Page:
Acclaimed chocolatier and patissier William Curley, four times winner of the Academy of Chocolate’s Chocolatier of the Year Award, has the reputation of being ‘the chocolatier’s chocolatier’. The publication by Jacqui Small of his first book in the UK, Couture Chocolate is, therefore, a cause of no little interest in the world of chocolate. An appreciative introduction by the legendary chef Pierre Koffmann, for whom Curley worked as a pastry chef, and complimentary jacket quotes from such culinary notables as Marco Pierre White and Raymond Blanc signal Curley’s high standing in the world of haute cuisine.
At first glance, this large, handsomely produced volume, filled with alluring images of chocolates and patisserie, looks like a prime example of a coffee table book, one to be looked through and admired rather than used. This is misleading, however, because, while the book is indeed attractively and amply illustrated with Jose Lasheras’s eye-catching photograph of Curley’s handiwork, the special appeal of Couture Chocolate is that its ample collection of recipes and techniques really does offer the ‘masterclass in chocolate’ its dust jacket claims.
Curley begins with the fundamentals of chocolate making– so spreads on how to temper chocolate and how to make a basic ganache– before moving on to techniques such as framing and cutting ganache, combing and piping chocolate and making chocolates in moulds. Lucid instructions, practical tips and step-by-step photographs – in the spirit of Time Life’s legendary Good Cook series – give a genuinely useful insight into the chocolate-making process.
As anyone who’s visited Curley’s shops in Richmond or Belgravia or his outlet in Harrods will know, his chocolates and patisserie are truly elegant creations. Reading the recipes, it becomes clear what an extraordinary amount of work goes into creating these dainty chocolates, from making the pate de fruits, flavoured caramel or feuillantine to the painstakingly meticulous assembly. The recipes for his exquisite patisserie similarly offer an insight into the behind-the-scenes skill and expertise needed to create indulgent luxuries such as Chocolate Tiramisu Casket or Chocolate Mont Blanc.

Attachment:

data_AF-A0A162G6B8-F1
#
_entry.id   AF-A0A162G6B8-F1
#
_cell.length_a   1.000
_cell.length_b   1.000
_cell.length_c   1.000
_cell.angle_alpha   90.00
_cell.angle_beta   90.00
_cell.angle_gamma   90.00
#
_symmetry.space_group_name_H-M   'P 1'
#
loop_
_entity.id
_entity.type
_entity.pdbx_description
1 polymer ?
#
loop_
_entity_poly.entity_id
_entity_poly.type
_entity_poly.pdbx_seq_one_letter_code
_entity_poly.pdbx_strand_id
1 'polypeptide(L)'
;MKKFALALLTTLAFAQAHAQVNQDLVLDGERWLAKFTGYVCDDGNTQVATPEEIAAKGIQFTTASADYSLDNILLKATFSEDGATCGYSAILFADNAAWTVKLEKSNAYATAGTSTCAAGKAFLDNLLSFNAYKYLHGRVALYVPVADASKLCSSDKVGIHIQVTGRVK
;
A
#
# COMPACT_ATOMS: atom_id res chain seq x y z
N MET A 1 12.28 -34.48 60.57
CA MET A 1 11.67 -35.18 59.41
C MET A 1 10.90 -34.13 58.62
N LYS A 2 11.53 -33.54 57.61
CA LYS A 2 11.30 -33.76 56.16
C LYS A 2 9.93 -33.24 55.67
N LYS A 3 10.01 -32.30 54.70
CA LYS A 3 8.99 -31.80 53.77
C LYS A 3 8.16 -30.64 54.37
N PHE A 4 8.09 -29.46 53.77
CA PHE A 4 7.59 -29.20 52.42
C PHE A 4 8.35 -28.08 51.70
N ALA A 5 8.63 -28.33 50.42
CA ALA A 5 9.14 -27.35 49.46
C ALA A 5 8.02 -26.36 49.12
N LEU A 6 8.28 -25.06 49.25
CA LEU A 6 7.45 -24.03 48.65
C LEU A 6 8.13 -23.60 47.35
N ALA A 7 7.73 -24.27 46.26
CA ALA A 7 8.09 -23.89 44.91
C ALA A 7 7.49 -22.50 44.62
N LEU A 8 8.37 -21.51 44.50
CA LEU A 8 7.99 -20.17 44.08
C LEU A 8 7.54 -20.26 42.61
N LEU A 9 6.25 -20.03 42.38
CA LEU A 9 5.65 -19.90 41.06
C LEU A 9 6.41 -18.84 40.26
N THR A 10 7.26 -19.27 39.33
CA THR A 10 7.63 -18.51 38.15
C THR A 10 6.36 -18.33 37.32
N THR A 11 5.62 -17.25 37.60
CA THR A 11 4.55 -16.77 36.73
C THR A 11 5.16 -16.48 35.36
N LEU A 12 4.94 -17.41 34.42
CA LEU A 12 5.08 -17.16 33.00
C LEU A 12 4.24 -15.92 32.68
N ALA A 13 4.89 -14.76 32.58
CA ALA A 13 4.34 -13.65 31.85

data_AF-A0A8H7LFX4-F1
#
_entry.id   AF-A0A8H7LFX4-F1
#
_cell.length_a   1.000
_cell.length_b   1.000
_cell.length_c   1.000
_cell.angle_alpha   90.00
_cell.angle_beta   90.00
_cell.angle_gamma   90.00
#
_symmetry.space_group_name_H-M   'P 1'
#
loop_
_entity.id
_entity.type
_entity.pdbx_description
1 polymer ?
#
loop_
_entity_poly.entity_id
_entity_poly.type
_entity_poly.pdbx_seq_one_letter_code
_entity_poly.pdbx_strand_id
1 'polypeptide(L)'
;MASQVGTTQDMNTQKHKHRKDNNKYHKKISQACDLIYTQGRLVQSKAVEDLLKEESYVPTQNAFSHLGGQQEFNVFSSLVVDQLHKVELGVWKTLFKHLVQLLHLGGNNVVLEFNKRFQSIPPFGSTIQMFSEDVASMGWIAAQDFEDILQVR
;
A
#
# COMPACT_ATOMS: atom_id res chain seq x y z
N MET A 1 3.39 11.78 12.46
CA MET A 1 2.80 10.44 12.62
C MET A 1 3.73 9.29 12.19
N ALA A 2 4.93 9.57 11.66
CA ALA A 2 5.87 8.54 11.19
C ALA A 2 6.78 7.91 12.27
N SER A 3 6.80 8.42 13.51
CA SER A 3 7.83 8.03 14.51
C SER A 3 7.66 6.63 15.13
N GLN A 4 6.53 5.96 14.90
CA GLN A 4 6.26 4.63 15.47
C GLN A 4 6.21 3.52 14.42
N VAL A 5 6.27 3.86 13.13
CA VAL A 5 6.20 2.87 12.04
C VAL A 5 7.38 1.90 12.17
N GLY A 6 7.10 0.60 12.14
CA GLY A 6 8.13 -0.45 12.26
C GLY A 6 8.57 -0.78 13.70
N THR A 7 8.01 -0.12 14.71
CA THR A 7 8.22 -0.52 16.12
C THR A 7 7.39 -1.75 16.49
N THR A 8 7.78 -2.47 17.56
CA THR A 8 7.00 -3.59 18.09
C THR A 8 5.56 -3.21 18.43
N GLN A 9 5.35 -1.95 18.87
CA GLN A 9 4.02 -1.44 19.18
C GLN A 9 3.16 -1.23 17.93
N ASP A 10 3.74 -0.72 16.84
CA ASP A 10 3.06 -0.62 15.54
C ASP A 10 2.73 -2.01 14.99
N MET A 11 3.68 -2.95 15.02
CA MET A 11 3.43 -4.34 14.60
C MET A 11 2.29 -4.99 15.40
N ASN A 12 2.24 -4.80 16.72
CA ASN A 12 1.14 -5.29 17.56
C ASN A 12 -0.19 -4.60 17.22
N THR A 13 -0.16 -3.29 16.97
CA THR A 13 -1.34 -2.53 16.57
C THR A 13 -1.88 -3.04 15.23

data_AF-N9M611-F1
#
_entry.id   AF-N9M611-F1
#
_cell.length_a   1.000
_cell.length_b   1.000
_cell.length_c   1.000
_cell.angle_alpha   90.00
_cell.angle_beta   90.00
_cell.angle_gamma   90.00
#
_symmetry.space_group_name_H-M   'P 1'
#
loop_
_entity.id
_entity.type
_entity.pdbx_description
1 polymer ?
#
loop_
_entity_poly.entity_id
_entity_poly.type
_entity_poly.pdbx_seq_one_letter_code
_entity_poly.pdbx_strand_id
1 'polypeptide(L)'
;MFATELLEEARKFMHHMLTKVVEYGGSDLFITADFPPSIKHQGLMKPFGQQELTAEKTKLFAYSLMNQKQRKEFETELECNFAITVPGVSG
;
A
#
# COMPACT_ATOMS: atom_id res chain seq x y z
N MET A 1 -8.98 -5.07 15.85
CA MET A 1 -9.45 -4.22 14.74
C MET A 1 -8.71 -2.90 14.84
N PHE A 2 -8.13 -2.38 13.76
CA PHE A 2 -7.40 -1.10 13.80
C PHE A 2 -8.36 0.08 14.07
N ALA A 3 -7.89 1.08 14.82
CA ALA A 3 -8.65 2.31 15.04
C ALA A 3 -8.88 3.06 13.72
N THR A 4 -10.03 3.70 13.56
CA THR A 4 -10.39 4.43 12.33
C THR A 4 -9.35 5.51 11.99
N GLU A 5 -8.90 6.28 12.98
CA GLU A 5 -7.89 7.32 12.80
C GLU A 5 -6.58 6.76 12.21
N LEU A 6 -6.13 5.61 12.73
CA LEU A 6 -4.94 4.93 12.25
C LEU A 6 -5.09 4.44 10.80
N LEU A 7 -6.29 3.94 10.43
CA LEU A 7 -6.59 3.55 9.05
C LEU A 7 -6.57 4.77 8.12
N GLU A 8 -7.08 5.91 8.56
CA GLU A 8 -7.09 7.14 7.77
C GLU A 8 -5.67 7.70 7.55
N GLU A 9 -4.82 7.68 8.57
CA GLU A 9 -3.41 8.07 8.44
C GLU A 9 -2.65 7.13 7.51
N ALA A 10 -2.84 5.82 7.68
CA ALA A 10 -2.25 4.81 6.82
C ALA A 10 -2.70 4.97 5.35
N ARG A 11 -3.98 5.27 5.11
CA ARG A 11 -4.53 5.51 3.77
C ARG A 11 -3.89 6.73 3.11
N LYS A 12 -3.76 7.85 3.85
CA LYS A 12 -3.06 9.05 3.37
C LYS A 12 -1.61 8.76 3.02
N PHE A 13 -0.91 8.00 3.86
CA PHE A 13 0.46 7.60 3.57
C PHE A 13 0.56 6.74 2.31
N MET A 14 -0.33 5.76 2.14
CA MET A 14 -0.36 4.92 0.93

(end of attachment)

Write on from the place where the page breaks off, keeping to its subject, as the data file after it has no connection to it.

When it comes to flavours, Curley is noted for his subtle and elegant combinations. His marriage to Japanese patissier Suzue saw him develop a hallmark Japanese palette of flavours and many of the recipes feature Japanese ingredients, from truffles flavoured with wasabi or houji cha (smoked green tea) to caramelized hazelnuts coated with kinako powder (made from ground roasted soya beans).
As one would expect, the recipes in Curley’s book reflect his world – which is that of a highly accomplished professional patissier and chocolatier . These are not speedy, easy recipes – these are recipes requiring time, patience and skill, as well as a considerable range of high-end ingredients and specialised equipment. Thanks to the Internet, however, the keen chocolate-maker can nowadays access both these ingredients and kit. Curley has always been known for his teaching and training – both of the apprentices who work for him and of the keen amateurs who do his classes - and Couture Chocolate is definitely a delectable textbook for serious chocolate enthusiasts. What I found especially inspiring about this book was the insight it offered into Curley’s creativity – from his striking and imaginative flavours to the aesthetics of presentation, whether a chocolate truffle lovingly coated in finely chopped pistachios or the dark, glossy perfection of his matcha and dark chocolate entremet. A book to savour and one which will inspire chocolate lovers everywhere.